Oliver Curtis has been convicted of insider trading

Photo: Alan Crowhurst/ Getty Images.

Sydney banker Oliver Curtis has been found guilty of insider trading.

Curtis, 30, had been charged with conspiring with his former best friend, John Hartman, in 2007 to use confidential information to bet on shifts in share prices.

Justice Lucy McCallum is expected to hand down a sentence on June 17. The offence carries a maximum penalty of five years in prison.

Hartman was the prosecution’s main witness in the case.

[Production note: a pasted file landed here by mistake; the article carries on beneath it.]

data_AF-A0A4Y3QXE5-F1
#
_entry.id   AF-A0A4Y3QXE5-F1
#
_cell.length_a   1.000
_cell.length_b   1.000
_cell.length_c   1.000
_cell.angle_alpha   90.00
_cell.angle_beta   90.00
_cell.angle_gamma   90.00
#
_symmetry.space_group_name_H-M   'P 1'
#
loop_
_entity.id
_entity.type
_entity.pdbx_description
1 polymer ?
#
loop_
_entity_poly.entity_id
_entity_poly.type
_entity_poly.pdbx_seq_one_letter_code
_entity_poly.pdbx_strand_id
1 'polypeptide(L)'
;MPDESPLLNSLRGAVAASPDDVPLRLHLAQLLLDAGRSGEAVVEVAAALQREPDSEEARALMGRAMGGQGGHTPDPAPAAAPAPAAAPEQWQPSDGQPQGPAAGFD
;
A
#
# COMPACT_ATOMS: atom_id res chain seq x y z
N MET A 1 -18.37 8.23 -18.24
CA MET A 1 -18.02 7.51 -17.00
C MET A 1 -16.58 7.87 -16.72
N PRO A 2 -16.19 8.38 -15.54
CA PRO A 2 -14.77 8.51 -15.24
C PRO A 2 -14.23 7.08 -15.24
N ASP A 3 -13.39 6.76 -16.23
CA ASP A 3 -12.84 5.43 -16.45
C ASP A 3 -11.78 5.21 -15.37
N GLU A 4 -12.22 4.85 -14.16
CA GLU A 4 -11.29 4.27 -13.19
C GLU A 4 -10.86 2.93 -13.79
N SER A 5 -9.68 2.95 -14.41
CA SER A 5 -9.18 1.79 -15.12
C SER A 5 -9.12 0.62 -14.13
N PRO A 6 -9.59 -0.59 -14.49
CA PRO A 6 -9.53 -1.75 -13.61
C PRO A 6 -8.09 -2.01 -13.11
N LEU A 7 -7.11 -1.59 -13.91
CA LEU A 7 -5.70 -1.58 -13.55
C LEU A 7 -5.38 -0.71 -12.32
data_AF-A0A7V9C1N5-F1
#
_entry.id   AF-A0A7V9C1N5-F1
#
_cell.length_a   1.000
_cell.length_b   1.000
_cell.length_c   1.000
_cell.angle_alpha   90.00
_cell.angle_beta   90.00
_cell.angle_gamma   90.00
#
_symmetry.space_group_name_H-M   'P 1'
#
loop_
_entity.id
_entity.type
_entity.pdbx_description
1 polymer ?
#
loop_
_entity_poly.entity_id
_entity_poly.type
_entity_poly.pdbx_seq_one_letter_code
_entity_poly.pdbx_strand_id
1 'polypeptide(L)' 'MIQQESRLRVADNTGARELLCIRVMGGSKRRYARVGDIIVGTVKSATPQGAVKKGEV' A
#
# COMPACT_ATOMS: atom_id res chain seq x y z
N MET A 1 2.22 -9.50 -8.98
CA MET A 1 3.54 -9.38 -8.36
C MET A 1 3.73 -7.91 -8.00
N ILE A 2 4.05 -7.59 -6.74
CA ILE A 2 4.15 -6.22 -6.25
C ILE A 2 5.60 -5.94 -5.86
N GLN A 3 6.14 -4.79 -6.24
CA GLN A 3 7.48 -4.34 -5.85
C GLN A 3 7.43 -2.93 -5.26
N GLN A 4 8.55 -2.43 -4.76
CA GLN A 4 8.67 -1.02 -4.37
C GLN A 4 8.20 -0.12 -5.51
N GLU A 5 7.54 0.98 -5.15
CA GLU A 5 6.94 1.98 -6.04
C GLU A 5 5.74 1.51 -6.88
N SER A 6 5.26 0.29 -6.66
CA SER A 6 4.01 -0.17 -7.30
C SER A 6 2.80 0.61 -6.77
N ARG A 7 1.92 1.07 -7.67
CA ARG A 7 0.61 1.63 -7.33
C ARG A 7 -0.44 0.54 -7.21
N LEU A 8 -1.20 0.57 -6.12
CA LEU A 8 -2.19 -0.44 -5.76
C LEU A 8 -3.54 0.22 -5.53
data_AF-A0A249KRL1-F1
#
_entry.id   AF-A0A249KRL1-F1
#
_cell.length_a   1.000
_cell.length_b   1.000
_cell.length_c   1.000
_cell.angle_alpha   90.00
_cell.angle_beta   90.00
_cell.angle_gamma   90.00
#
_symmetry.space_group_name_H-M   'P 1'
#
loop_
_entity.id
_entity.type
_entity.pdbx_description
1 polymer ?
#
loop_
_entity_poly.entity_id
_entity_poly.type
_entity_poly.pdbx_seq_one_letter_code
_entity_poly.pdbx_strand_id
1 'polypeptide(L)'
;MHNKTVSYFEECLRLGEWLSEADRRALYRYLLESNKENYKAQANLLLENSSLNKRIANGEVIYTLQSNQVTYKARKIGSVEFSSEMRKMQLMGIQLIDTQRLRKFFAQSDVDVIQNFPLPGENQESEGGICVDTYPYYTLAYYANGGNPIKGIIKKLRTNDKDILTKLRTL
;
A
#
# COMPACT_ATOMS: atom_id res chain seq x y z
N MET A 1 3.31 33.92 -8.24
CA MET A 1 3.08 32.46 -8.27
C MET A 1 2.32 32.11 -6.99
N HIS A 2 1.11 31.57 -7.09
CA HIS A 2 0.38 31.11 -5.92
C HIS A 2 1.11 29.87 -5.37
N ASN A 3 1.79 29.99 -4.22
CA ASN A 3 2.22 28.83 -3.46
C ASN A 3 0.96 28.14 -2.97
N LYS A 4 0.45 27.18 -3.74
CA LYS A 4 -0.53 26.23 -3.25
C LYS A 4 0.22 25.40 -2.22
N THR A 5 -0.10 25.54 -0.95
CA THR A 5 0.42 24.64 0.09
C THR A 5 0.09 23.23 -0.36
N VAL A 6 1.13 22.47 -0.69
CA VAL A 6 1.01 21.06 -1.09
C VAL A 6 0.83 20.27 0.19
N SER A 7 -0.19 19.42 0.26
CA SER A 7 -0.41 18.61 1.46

St James Supreme Court heard that the men hid what they were doing using a mobile phone communicating technique known as “PIN-to-PIN messaging” which is not recorded by telecommunications providers.

The men made $1.43 million in a year from the deal, spending it on a $60,000 Mini Cooper and a $20,000 Ducati motorbike, as well as luxury holidays to Whistler and Las Vegas. They were in their early 20s at the time.

Hartman served 15 months behind bars after pleading guilty to a string of insider trading offences, most of which related to his own trading. However his sentence was reduced after he agreed to give evidence against Curtis.

Curtis, who had pleaded not guilty to the charge, is the husband of Sydney publicist Roxy Jacenko.

He will remain on conditional bail until the sentencing hearing.

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